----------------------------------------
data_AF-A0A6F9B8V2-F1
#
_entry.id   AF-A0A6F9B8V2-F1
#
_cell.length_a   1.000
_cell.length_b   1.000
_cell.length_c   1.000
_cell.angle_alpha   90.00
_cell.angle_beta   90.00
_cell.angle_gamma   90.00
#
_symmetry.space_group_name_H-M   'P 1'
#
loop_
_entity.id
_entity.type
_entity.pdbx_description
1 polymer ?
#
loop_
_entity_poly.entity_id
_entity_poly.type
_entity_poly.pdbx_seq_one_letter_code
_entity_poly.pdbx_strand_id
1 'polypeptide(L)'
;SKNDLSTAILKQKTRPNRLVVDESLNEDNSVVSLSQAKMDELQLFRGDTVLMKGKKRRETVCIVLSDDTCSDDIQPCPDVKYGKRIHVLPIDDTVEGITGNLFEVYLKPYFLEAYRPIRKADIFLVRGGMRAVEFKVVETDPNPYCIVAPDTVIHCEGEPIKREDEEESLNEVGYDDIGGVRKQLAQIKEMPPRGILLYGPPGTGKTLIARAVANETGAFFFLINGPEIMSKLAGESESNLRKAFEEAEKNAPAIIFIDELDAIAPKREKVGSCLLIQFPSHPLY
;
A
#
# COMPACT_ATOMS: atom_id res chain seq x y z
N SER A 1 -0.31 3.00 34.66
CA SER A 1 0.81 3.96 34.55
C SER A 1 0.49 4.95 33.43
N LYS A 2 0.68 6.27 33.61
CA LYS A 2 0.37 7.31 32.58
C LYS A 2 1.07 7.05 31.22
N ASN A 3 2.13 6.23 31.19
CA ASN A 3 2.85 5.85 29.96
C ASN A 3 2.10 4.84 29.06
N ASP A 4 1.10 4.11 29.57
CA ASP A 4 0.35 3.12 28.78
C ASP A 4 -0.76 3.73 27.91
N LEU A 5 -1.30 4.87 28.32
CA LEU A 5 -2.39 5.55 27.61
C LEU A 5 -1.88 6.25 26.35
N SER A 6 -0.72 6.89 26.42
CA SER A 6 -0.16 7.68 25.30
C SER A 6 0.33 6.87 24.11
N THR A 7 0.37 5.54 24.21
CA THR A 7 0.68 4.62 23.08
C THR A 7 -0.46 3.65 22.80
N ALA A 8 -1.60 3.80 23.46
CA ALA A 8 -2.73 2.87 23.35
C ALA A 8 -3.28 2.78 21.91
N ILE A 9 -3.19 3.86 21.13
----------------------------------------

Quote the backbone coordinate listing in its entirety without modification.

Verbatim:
data_AF-A0A6F9B8V2-F1
#
_entry.id   AF-A0A6F9B8V2-F1
#
_cell.length_a   1.000
_cell.length_b   1.000
_cell.length_c   1.000
_cell.angle_alpha   90.00
_cell.angle_beta   90.00
_cell.angle_gamma   90.00
#
_symmetry.space_group_name_H-M   'P 1'
#
loop_
_entity.id
_entity.type
_entity.pdbx_description
1 polymer ?
#
loop_
_entity_poly.entity_id
_entity_poly.type
_entity_poly.pdbx_seq_one_letter_code
_entity_poly.pdbx_strand_id
1 'polypeptide(L)'
;SKNDLSTAILKQKTRPNRLVVDESLNEDNSVVSLSQAKMDELQLFRGDTVLMKGKKRRETVCIVLSDDTCSDDIQPCPDVKYGKRIHVLPIDDTVEGITGNLFEVYLKPYFLEAYRPIRKADIFLVRGGMRAVEFKVVETDPNPYCIVAPDTVIHCEGEPIKREDEEESLNEVGYDDIGGVRKQLAQIKEMPPRGILLYGPPGTGKTLIARAVANETGAFFFLINGPEIMSKLAGESESNLRKAFEEAEKNAPAIIFIDELDAIAPKREKVGSCLLIQFPSHPLY
;
A
#
# COMPACT_ATOMS: atom_id res chain seq x y z
N SER A 1 -0.31 3.00 34.66
CA SER A 1 0.81 3.96 34.55
C SER A 1 0.49 4.95 33.43
N LYS A 2 0.68 6.27 33.61
CA LYS A 2 0.37 7.31 32.58
C LYS A 2 1.07 7.05 31.22
N ASN A 3 2.13 6.23 31.19
CA ASN A 3 2.85 5.85 29.96
C ASN A 3 2.10 4.84 29.06
N ASP A 4 1.10 4.11 29.57
CA ASP A 4 0.35 3.12 28.78
C ASP A 4 -0.76 3.73 27.91
N LEU A 5 -1.30 4.87 28.32
CA LEU A 5 -2.39 5.55 27.61
C LEU A 5 -1.88 6.25 26.35
N SER A 6 -0.72 6.89 26.42
CA SER A 6 -0.16 7.68 25.30
C SER A 6 0.33 6.87 24.11
N THR A 7 0.37 5.54 24.21
CA THR A 7 0.68 4.62 23.08
C THR A 7 -0.46 3.65 22.80
N ALA A 8 -1.60 3.80 23.46
CA ALA A 8 -2.73 2.87 23.35
C ALA A 8 -3.28 2.78 21.91
N ILE A 9 -3.19 3.86 21.13